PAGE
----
The greatest number of species in the United States is found in the South and West. The majority are members of the iguana family, including the collared lizards, swifts, utas, horned lizards (popularly known as horned toads), and the so-called American chameleon, or anole. These are day-active lizards commonly seen basking on rocks. Most are valuable destroyers of insects.

Lizards are classified in the phylum Chordata, subphylum Vertebrata, class Reptilia, order Squamata, suborder Sauria.

See W. M. Milstead, ed., Lizard Ecology (1967); H. S. Fitch, Reproductive Cycles of Lizards and Snakes (1970); B. R. Headstrom, Lizards as Pets (1971).

Lizard, The, peninsula, Cornwall, SW England. Its southern extremity (the southernmost point of Great Britain) is called Lizard Point or Lizard Head. The coast has colored serpentine rocks, small coves and bays, wave-hollowed caves, islets (e.g., Asparagus Island), and dangerous reefs. Two lighthouses and a satellite earth station are on the peninsula.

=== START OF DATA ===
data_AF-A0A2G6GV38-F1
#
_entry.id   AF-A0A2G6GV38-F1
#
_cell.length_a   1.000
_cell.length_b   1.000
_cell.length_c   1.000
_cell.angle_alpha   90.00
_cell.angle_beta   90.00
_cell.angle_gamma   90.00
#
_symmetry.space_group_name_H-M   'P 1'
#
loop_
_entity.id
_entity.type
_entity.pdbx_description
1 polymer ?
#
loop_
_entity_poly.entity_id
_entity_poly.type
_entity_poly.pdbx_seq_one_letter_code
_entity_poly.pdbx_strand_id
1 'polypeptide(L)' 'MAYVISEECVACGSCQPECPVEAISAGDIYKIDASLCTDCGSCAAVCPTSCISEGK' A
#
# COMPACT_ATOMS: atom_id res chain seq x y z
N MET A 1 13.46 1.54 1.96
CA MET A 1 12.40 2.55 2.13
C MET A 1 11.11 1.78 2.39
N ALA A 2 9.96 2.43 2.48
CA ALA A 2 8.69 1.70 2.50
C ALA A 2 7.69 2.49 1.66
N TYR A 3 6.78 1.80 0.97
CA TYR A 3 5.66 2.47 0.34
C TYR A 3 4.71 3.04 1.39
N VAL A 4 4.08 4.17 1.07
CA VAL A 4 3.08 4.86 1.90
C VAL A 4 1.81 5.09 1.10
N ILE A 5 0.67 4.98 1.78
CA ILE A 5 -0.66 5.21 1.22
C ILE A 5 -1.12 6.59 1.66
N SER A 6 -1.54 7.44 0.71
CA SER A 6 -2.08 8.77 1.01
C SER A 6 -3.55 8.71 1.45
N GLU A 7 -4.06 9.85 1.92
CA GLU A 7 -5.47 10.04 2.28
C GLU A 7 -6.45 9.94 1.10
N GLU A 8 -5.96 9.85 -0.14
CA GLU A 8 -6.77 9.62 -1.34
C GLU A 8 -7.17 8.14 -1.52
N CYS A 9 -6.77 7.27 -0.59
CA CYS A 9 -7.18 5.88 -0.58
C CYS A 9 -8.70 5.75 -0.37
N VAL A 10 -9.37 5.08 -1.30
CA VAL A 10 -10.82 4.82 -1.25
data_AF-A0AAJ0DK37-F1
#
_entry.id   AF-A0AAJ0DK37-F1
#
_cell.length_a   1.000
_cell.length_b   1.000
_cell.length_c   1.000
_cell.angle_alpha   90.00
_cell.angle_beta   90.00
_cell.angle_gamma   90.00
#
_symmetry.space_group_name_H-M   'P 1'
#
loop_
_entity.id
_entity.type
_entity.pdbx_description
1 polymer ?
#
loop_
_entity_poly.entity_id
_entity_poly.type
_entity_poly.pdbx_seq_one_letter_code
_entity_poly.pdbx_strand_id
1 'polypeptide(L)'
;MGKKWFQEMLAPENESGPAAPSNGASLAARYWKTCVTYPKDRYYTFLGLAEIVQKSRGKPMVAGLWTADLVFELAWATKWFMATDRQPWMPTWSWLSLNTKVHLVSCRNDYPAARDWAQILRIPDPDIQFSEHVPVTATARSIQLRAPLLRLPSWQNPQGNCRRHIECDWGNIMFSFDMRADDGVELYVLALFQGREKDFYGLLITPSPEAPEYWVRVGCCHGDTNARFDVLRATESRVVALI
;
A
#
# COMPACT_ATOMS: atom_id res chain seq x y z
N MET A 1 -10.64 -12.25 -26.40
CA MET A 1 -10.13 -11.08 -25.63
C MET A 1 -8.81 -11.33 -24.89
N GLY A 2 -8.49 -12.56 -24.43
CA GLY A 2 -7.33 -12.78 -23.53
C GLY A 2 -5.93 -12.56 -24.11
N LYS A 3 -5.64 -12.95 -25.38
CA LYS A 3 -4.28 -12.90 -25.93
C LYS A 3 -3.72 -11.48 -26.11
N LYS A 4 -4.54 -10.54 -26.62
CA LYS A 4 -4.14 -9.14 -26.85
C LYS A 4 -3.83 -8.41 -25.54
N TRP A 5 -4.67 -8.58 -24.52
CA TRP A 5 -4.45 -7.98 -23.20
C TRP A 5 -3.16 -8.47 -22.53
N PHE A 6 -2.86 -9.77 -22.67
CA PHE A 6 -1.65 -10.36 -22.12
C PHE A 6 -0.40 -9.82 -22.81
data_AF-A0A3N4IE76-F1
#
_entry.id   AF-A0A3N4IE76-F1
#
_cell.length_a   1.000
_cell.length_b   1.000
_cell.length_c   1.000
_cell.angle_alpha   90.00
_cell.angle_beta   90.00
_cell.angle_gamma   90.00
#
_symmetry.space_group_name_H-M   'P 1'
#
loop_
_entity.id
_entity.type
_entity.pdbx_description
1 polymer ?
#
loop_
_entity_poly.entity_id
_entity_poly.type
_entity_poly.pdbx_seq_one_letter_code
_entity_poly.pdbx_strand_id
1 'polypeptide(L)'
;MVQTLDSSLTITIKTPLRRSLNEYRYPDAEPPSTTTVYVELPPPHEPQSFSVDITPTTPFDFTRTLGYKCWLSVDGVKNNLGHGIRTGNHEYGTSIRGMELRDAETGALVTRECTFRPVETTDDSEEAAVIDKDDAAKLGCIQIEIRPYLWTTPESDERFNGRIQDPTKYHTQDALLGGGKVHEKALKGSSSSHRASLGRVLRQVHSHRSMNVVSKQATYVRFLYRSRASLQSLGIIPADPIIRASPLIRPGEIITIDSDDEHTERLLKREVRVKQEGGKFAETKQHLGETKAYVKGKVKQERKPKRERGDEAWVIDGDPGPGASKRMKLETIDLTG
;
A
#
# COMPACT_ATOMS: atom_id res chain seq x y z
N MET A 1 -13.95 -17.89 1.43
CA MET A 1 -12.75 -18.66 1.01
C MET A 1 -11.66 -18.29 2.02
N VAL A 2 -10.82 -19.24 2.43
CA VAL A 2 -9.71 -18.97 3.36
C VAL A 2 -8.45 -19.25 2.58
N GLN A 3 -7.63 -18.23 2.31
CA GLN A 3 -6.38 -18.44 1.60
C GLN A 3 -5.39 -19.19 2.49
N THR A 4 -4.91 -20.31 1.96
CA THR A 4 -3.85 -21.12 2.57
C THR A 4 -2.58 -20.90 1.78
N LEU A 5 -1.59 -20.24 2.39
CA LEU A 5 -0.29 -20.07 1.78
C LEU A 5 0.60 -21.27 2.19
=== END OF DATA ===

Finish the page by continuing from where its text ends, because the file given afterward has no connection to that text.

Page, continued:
Any of about 4,450 species of reptiles constituting the suborder Sauria. They are most diverse and abundant in the tropics but are found from the Arctic Circle (one species) to southern Africa, South America, and Australia. Like snakes, lizards have scales, paired male copulatory organs, and a flexible skull. Typical lizards have a moderately cylindrical body, four well-developed legs (although some lizards are legless), a tail slightly longer than the head and body combined, and movable lower eyelids. They range in size from 1-in. (3-cm) geckos to the 10-ft (3-m) Komodo dragon, but most are about 12 in. (30 cm) long. Ornamentation includes crests on the head, back, or tail; spines; brightly coloured throat fans; and throat frills. Most species feed on insects and rodents, but some, such as the iguana, eat plants. Seealso Gila monster; horned toad.

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or horned lizard

Any of about 14 species of lizards of the genus Phrynosoma, family Iguanidae. They usually have daggerlike head spines (horns) and a flattened oval body with pointed fringe scales along the sides. Species range from about 3 to 5 in. (8 to 13 cm) long. They are found from British Columbia, Can., south to Guatemala and from the U.S. states of Arkansas and Kansas westward, usually in desert or semidesert sandy country. They eat mainly ants. They hide by changing their colour pattern and wriggling sideways into the sand until all but the head is covered. They may defend themselves by inflating the body quickly and (rarely) spurting blood from the eyes.